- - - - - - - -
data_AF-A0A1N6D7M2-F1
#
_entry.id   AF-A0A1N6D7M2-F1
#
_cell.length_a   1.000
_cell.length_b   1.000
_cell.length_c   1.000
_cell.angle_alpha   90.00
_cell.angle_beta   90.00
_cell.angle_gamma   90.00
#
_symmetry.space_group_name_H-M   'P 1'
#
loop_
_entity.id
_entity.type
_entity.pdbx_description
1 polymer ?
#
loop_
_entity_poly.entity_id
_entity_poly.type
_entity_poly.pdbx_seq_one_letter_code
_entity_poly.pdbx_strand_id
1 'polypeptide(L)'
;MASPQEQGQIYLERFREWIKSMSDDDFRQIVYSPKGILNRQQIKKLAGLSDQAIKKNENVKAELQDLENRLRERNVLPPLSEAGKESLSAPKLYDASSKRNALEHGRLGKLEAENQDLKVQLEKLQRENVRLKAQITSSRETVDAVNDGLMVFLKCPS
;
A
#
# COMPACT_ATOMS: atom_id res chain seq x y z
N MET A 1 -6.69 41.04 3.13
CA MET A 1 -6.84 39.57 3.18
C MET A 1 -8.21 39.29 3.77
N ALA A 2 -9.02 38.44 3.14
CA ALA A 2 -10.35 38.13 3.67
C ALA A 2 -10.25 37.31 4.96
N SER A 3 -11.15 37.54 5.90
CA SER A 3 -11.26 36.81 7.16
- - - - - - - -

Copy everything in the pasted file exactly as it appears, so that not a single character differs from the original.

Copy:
data_AF-A0A1N6D7M2-F1
#
_entry.id   AF-A0A1N6D7M2-F1
#
_cell.length_a   1.000
_cell.length_b   1.000
_cell.length_c   1.000
_cell.angle_alpha   90.00
_cell.angle_beta   90.00
_cell.angle_gamma   90.00
#
_symmetry.space_group_name_H-M   'P 1'
#
loop_
_entity.id
_entity.type
_entity.pdbx_description
1 polymer ?
#
loop_
_entity_poly.entity_id
_entity_poly.type
_entity_poly.pdbx_seq_one_letter_code
_entity_poly.pdbx_strand_id
1 'polypeptide(L)'
;MASPQEQGQIYLERFREWIKSMSDDDFRQIVYSPKGILNRQQIKKLAGLSDQAIKKNENVKAELQDLENRLRERNVLPPLSEAGKESLSAPKLYDASSKRNALEHGRLGKLEAENQDLKVQLEKLQRENVRLKAQITSSRETVDAVNDGLMVFLKCPS
;
A
#
# COMPACT_ATOMS: atom_id res chain seq x y z
N MET A 1 -6.69 41.04 3.13
CA MET A 1 -6.84 39.57 3.18
C MET A 1 -8.21 39.29 3.77
N ALA A 2 -9.02 38.44 3.14
CA ALA A 2 -10.35 38.13 3.67
C ALA A 2 -10.25 37.31 4.96
N SER A 3 -11.15 37.54 5.90
CA SER A 3 -11.26 36.81 7.16